Biodun Jeyifo


To write a critical tribute to any writer at the present time calls for a special kind of political criticism.1 This is perhaps even more daunting when that writer happens to be Chinua Achebe who, beyond the fact of his being one of contemporary literature's most widely read and internationally prominent authors, has always figured as a complex, ambiguous presence in the post-colonial politics of identity and ideological affiliation. Perhaps nothing better expresses this ambiguity than the fact that much as Achebe's works have been invoked as powerful, exemplary texts of nationalist contestation of colonialist myths and distortions of Africa and Africans/ it is also the case that these texts have only been minimally concerned, at least at the thematic level, to depict or explore resistance to colonialism; rather, they have been particularly imbued with a melancholic sense of the falling apart of things with the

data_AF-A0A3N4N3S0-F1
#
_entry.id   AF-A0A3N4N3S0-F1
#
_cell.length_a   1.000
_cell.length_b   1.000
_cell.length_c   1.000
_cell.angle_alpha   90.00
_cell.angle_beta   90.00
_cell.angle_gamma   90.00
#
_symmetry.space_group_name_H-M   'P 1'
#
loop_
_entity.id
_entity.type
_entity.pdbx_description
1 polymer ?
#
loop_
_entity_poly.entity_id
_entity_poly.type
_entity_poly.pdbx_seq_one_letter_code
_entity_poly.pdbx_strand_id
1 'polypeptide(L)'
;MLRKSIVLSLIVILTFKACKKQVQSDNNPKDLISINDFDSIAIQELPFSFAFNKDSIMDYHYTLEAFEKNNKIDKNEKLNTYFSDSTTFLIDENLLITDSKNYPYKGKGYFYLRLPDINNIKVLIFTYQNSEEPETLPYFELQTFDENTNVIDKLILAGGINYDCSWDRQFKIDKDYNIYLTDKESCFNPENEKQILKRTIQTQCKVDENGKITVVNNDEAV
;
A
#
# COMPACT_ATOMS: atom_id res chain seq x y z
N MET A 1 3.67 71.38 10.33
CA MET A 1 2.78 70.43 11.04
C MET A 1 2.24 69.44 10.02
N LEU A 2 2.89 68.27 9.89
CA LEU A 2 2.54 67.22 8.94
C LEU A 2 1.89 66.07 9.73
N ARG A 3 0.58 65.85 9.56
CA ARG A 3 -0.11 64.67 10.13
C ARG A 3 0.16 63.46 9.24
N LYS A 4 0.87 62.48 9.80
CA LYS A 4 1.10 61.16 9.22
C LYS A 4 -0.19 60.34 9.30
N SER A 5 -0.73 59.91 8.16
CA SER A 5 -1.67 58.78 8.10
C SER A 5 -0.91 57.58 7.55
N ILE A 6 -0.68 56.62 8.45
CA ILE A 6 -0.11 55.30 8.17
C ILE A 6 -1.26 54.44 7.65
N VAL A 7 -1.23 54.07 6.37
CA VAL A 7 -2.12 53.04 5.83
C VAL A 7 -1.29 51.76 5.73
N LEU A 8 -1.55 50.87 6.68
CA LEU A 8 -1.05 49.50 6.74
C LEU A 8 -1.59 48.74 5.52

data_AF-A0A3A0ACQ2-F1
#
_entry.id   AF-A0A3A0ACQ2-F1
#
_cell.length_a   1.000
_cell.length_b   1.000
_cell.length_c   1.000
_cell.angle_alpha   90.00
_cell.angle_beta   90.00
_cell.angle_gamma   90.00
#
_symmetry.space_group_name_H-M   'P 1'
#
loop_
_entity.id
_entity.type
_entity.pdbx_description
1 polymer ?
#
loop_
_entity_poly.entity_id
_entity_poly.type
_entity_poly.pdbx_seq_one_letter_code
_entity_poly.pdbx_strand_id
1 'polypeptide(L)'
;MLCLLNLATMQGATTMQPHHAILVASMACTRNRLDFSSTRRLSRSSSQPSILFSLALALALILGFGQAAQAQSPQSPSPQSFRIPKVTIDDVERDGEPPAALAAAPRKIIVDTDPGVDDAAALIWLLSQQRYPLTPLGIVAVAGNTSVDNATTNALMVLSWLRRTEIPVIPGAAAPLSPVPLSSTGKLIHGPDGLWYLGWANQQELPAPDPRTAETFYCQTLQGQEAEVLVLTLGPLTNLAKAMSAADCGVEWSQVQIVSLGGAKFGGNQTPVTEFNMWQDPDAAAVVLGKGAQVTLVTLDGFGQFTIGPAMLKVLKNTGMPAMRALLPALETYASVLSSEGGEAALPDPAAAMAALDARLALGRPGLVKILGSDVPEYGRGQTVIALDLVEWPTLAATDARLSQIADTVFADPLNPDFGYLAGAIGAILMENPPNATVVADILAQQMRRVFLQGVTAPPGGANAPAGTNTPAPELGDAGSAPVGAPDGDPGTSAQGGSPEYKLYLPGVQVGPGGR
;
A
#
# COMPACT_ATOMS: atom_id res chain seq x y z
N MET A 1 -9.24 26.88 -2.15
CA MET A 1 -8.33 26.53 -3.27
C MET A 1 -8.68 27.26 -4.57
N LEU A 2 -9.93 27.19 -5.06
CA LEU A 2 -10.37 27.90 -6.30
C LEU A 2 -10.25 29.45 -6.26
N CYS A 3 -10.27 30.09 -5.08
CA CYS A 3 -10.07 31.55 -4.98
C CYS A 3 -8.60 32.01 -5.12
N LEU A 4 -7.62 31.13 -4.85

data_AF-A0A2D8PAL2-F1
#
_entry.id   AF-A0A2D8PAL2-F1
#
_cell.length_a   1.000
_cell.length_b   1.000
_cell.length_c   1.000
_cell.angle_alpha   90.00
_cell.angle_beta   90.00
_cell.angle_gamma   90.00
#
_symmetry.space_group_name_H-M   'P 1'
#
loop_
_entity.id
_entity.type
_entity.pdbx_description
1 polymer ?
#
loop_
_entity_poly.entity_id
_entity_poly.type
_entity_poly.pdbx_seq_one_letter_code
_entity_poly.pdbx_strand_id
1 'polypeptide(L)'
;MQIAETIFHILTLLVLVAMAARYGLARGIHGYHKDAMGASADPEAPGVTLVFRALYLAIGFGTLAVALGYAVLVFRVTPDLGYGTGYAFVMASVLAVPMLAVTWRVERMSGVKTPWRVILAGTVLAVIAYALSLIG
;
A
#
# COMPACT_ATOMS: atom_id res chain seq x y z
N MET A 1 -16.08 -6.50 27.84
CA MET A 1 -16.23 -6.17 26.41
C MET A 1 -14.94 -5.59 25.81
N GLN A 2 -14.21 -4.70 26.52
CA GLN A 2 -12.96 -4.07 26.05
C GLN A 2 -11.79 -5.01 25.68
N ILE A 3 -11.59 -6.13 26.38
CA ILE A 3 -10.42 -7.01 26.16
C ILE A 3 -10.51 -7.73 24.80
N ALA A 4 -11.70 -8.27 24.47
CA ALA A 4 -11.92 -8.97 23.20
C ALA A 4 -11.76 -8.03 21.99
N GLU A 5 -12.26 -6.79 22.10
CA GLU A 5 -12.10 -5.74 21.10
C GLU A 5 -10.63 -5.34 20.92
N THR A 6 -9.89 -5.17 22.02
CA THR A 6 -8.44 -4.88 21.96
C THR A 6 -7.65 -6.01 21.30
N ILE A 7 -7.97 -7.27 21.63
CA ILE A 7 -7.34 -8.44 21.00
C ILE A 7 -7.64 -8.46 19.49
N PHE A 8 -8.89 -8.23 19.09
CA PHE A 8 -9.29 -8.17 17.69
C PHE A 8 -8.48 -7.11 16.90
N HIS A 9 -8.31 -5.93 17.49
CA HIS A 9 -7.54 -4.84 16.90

collapse of pre-colonial societies and cultures. Another distinct, but related expression of the ambiguous politics of Achebe's works pertains to his known identification with left-wing, anti-capitalist groups and intellectuals in his native Nigeria, and more broadly in Africa, at the same time that this identification has been fraught with problems and controversies.3 Achebe is, in this sense, very much in the company of other post-colonial writers like Wole Soyinka, Gabriel Garcia Marquez, Salman Rushdie, Nadine Gordimer and Carlos Fuentes whose leftidentified politics sit very uneasily with the orthodox Left and its set revolutionary perspectives and objectives.



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